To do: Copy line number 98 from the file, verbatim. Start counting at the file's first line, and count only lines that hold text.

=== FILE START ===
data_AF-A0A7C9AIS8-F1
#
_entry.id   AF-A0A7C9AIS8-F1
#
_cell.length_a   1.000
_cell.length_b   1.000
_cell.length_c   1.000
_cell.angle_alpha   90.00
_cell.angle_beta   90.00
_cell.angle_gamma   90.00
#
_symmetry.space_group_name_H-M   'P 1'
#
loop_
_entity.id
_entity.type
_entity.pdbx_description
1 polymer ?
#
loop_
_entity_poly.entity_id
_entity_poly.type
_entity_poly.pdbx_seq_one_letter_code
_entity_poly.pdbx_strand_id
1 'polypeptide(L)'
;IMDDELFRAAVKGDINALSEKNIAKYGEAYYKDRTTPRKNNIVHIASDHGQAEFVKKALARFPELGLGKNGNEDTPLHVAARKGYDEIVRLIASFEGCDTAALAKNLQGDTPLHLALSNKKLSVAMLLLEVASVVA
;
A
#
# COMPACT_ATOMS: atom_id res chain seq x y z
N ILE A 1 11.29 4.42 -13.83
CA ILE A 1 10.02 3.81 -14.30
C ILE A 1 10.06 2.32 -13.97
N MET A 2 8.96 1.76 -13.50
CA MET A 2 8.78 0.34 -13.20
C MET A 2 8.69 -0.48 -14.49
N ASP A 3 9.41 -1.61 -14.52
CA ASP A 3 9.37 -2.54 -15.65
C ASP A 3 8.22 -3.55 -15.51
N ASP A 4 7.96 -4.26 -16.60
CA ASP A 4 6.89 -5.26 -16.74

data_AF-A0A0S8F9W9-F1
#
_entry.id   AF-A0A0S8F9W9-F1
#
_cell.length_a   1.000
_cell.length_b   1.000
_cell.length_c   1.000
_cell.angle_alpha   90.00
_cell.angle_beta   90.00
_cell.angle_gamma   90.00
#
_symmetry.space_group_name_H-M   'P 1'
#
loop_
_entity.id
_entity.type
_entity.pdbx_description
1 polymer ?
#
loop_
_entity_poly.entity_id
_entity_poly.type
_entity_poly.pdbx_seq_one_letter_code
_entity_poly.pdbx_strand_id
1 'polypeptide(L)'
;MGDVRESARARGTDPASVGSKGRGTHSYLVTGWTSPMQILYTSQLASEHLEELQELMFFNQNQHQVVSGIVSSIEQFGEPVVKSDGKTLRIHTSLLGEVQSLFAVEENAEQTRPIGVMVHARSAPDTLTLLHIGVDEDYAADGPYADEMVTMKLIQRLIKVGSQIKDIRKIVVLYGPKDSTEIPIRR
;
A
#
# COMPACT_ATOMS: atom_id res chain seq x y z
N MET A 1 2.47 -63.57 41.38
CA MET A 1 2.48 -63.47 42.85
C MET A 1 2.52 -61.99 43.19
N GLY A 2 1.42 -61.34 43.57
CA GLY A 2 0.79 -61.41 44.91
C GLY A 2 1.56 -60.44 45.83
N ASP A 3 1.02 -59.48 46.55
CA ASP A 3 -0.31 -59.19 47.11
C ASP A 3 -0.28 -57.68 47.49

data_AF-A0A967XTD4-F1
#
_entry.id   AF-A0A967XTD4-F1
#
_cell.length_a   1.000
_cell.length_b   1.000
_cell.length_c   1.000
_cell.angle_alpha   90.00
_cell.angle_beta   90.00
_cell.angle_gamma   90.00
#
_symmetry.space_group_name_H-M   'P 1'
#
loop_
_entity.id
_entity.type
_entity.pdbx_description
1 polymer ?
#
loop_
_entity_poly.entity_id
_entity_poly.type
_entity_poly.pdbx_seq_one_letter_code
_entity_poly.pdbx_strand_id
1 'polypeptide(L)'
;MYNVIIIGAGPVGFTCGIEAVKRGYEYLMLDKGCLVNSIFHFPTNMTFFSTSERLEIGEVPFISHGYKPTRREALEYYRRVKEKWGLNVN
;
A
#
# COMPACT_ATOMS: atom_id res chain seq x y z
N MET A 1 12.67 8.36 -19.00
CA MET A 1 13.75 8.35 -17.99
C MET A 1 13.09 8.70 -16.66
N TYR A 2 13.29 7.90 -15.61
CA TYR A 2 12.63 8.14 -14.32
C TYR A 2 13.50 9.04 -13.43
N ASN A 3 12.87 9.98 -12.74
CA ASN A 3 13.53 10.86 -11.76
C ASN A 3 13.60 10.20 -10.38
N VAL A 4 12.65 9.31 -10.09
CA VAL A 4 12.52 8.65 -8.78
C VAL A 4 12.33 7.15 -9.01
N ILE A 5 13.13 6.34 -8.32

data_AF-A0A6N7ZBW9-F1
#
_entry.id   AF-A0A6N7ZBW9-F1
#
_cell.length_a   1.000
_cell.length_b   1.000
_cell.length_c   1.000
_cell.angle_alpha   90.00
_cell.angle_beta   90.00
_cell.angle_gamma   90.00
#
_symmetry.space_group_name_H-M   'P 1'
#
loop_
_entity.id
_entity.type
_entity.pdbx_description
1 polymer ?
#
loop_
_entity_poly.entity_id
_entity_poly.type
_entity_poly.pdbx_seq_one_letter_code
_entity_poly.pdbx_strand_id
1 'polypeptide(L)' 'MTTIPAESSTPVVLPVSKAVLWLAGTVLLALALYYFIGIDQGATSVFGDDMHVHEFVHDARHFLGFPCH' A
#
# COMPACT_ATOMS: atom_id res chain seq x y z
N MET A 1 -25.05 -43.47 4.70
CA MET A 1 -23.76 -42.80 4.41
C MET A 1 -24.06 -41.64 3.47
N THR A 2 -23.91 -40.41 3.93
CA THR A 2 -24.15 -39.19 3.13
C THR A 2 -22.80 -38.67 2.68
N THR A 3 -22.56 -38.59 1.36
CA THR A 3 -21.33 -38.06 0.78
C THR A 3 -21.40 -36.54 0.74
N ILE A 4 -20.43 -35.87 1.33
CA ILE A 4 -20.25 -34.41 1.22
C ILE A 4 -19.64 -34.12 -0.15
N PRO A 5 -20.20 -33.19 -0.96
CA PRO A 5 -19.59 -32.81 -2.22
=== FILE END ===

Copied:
1 polymer ?